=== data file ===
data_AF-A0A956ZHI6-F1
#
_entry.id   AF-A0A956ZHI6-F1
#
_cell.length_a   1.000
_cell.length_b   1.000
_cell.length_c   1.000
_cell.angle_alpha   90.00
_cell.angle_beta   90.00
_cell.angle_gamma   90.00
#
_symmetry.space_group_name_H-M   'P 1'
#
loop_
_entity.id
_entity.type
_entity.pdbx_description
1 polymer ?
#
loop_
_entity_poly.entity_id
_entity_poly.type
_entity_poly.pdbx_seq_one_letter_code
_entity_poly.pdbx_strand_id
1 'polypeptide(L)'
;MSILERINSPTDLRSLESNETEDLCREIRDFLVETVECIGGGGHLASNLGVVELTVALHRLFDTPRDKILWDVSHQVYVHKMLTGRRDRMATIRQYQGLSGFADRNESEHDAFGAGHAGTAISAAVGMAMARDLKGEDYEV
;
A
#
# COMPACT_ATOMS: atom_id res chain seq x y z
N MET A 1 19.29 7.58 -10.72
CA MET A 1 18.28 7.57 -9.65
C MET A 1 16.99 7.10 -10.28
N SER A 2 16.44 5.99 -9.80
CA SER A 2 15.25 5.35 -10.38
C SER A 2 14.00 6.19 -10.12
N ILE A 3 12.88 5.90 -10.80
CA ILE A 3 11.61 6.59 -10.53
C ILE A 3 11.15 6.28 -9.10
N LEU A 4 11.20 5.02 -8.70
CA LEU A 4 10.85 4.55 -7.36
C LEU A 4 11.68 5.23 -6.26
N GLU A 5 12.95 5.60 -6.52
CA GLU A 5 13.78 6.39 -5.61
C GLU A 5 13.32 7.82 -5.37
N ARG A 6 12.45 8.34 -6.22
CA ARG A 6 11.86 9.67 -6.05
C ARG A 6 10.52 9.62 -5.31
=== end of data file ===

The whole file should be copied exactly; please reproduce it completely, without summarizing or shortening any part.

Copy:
data_AF-A0A956ZHI6-F1
#
_entry.id   AF-A0A956ZHI6-F1
#
_cell.length_a   1.000
_cell.length_b   1.000
_cell.length_c   1.000
_cell.angle_alpha   90.00
_cell.angle_beta   90.00
_cell.angle_gamma   90.00
#
_symmetry.space_group_name_H-M   'P 1'
#
loop_
_entity.id
_entity.type
_entity.pdbx_description
1 polymer ?
#
loop_
_entity_poly.entity_id
_entity_poly.type
_entity_poly.pdbx_seq_one_letter_code
_entity_poly.pdbx_strand_id
1 'polypeptide(L)'
;MSILERINSPTDLRSLESNETEDLCREIRDFLVETVECIGGGGHLASNLGVVELTVALHRLFDTPRDKILWDVSHQVYVHKMLTGRRDRMATIRQYQGLSGFADRNESEHDAFGAGHAGTAISAAVGMAMARDLKGEDYEV
;
A
#
# COMPACT_ATOMS: atom_id res chain seq x y z
N MET A 1 19.29 7.58 -10.72
CA MET A 1 18.28 7.57 -9.65
C MET A 1 16.99 7.10 -10.28
N SER A 2 16.44 5.99 -9.80
CA SER A 2 15.25 5.35 -10.38
C SER A 2 14.00 6.19 -10.12
N ILE A 3 12.88 5.90 -10.80
CA ILE A 3 11.61 6.59 -10.53
C ILE A 3 11.15 6.28 -9.10
N LEU A 4 11.20 5.02 -8.70
CA LEU A 4 10.85 4.55 -7.36
C LEU A 4 11.68 5.23 -6.26
N GLU A 5 12.95 5.60 -6.52
CA GLU A 5 13.78 6.39 -5.61
C GLU A 5 13.32 7.82 -5.37
N ARG A 6 12.45 8.34 -6.22
CA ARG A 6 11.86 9.67 -6.05
C ARG A 6 10.52 9.62 -5.31